Hey there, book nerds!
Welcome to my 2019 Reading Rush TBR post a.k.a. my FIRST non-review post in almost 6 MONTHS!!! SIX MONTHS, GUYS!!!I know, y’all! I can’t believe it either! As I said yesterday, I took inspiration from several friends’ Mid-Year Freak Out Tags to start diving back into the blogging world. I’ve kept up with my reading (sort of), but clearly let this site go to the wayside! Hopefully, I’ll be able to get back into the 2018 swing of things for the last 6 months of this year and onward!!
And while this may be an unusual topic to break my blogging hiatus (seeing as I’m not a booktuber), I figured it contained enough elements to keep me motivated and focused: lots of reading, fun prompts, community involvement (and thus support), and BADGES earned for crossing challenges off the list! For all these reasons and more, I’ve decided to join The Reading Rush! Scroll on down to learn more about the challenges and my book selections!
Hosted by Ariel @ArielBissett and Raeleen @raeleenlemay this week-long readathon (formerly BookTubeAThon) runs from July 22-28, so you’ve still got some time if you’d like to sign up!! Consisting of SEVEN prompts plus a bonus challenge (see below), The Reading Rush‘s goal is simply to encourage readers to (you guessed it) read as much as they can within the week. The fun twist/upgrade this year? You can sign up on their website (for free), make a profile, and win badges to display your reading progress throughout the week! So even if you aren’t on Booktube, this could still be a fun boost for you and your TBR!!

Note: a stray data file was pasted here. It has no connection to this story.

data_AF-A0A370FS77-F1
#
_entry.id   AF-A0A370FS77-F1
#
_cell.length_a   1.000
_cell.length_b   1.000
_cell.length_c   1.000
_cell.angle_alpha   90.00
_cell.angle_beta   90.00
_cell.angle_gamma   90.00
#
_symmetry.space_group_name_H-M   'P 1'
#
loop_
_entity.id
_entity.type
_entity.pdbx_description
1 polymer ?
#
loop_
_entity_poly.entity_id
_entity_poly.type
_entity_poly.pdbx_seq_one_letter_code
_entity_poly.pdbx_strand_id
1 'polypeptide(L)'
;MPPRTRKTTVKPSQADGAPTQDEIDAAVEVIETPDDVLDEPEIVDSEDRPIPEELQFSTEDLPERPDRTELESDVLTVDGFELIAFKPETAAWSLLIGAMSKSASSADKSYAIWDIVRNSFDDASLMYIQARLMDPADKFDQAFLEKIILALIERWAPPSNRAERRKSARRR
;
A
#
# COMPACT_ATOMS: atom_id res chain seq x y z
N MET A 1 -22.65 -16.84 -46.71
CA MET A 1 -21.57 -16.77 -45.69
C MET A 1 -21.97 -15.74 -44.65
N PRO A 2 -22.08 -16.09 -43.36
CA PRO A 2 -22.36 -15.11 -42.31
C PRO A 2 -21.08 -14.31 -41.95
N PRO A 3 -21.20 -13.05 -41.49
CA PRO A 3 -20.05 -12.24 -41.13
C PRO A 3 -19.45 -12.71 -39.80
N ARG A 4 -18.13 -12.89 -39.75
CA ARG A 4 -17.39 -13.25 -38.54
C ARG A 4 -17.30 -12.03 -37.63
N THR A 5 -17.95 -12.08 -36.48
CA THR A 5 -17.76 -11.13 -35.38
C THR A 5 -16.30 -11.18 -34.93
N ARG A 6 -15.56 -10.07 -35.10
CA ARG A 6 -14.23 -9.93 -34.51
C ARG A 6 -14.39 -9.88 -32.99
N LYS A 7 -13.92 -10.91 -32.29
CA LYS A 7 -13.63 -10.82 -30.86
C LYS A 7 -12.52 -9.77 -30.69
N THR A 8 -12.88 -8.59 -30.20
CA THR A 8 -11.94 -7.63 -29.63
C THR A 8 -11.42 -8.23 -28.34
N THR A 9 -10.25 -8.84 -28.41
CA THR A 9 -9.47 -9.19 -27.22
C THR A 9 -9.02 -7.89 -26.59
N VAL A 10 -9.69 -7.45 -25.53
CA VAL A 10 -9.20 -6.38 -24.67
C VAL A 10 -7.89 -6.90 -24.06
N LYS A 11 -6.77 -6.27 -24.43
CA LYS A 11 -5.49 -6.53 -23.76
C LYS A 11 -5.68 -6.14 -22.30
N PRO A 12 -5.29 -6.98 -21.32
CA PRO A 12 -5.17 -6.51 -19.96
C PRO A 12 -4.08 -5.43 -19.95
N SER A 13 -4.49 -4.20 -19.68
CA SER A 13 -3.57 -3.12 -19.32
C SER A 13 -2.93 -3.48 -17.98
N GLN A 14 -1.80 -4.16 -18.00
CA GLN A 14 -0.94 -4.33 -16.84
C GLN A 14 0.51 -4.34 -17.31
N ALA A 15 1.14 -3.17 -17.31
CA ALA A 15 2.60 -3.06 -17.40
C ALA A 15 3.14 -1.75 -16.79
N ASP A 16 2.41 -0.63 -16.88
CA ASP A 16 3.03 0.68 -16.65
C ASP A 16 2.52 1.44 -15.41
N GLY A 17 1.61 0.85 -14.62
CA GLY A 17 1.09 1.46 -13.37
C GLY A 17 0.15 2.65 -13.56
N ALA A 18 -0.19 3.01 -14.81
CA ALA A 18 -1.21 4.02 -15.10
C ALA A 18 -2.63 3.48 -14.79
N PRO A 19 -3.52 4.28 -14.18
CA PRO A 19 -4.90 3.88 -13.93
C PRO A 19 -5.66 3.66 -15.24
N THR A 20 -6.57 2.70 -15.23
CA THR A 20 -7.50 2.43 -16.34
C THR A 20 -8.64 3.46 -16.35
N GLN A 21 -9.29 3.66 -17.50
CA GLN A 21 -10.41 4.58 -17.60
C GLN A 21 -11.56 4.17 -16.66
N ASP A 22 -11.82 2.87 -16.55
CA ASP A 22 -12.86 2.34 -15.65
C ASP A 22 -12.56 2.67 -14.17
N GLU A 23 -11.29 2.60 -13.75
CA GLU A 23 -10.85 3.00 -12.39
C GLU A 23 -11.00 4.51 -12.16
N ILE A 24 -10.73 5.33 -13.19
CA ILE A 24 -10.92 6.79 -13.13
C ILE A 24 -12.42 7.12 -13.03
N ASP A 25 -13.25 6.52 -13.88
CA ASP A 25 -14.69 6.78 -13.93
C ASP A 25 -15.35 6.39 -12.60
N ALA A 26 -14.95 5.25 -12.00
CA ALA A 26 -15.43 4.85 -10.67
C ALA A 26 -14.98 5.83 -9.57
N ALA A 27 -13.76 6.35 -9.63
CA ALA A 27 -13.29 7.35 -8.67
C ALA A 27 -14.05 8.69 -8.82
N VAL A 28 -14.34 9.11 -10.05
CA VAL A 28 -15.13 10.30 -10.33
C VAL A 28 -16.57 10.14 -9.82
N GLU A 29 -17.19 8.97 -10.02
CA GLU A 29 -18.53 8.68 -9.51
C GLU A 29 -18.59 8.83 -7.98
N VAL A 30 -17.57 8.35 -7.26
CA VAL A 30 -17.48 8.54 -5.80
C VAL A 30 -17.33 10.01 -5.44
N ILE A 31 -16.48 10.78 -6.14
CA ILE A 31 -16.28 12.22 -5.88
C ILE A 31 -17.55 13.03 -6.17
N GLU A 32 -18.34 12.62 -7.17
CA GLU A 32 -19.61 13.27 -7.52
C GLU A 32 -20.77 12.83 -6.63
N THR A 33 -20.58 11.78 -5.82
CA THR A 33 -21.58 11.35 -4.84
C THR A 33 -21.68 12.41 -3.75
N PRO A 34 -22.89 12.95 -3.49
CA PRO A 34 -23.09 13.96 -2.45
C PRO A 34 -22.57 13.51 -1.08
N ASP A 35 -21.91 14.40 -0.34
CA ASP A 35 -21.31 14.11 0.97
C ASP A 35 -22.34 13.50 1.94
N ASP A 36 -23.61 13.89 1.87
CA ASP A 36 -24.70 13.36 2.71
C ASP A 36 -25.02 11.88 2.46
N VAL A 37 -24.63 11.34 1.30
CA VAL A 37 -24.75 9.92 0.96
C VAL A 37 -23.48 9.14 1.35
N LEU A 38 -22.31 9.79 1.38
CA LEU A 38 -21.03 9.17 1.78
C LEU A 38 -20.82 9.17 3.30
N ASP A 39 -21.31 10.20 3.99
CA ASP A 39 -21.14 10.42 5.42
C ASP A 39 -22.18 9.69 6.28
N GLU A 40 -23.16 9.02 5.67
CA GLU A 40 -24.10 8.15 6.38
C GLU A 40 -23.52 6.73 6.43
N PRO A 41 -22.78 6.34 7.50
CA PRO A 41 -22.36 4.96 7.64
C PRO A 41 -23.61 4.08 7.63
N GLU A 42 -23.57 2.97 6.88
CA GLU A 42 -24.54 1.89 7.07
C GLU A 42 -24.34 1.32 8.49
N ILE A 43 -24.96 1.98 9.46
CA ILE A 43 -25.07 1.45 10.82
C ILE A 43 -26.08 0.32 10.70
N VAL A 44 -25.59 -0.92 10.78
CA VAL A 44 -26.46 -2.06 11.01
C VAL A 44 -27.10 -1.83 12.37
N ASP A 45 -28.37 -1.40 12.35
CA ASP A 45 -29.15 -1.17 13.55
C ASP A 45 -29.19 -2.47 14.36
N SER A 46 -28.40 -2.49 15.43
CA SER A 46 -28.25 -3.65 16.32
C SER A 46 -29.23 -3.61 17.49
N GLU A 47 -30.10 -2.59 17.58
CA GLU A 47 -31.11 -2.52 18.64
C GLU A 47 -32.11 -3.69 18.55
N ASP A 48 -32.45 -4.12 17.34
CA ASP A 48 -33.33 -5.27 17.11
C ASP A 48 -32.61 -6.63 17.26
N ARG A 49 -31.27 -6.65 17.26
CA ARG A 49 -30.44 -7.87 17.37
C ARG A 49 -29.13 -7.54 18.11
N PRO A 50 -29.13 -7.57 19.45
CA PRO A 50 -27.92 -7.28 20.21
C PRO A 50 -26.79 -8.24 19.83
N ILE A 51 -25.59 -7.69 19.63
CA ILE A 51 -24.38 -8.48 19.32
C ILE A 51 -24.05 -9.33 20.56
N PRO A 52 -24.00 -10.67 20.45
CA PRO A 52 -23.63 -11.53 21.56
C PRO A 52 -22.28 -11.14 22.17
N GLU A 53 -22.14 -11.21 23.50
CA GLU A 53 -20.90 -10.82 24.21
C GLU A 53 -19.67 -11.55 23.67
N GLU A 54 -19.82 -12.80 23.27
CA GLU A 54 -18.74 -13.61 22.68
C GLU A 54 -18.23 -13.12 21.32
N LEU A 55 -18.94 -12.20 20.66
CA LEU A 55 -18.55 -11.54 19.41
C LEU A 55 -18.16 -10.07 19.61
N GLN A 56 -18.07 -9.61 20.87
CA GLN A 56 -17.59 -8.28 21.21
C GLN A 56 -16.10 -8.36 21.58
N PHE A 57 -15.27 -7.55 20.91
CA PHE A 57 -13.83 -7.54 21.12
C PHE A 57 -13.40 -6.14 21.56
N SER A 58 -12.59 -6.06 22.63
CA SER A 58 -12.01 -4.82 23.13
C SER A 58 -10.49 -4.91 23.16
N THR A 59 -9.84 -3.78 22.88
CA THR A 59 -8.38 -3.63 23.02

IF you decide to partake, click this link for my Reading Rush profile so we can be readathon friends!
1) Read a book with purple on the cover — Roar by Cora Carmack
Stunning cover art that features the color purple? ✅
A YA romance that’s been on my TBR shelf for too long? ✅
The rush to read because the arc of its highly anticipated sequel is already sitting on my Kindle? ✅
All in all, there’s plenty of reasons to justify this novel making my readathon list. Plus, it fulfills additional prompts should I not make #7in7.
2) Read a book in the same spot the entire time — Announcing Trouble by Amy Fellner Dominy
I’m not going to lie, I was initially looking for the shortest book possible on my TBR for this prompt because of the whole “same spot for the ENTIRE time” thing. However, I realized it DIDN’T say the selected book had to be read in one sitting. Merely that every time I read from this book it would need to be done in the same location. My understanding of the prompt changed the game. And thus I decided to try and knock out one of the two books I’m doing a blog tour for in the next few weeks. It came down to a 600+ page WWII novel or this (drastically) shorter YA contemporary. Do I need to say more?? If I do, I guess I’d say this felt more summer. 😂
3) Read a book you meant to read last year — The Song of Achilles by Madeline Miller
This prompt was the most challenging for me, which I am the first to admit is absolutely ridiculous given how many books are on my TBR. But I find I always clam up when presented with too many options. Because I’m on a big “catch up on arcs” kick I thought I should just go ahead and pick one of my backlisted titles. But (as I mentioned earlier) this was my last selection for this readathon, and I felt I had devoted adequate space to arcs (3 of 7) and turned instead to my physical TBR lists. It took about 3 seconds for me to find a title that’s been calling my name for YEARS before adding it to this list. Hopefully this readathon will give me the proper push to finally cross this beloved historical fiction novel off my list!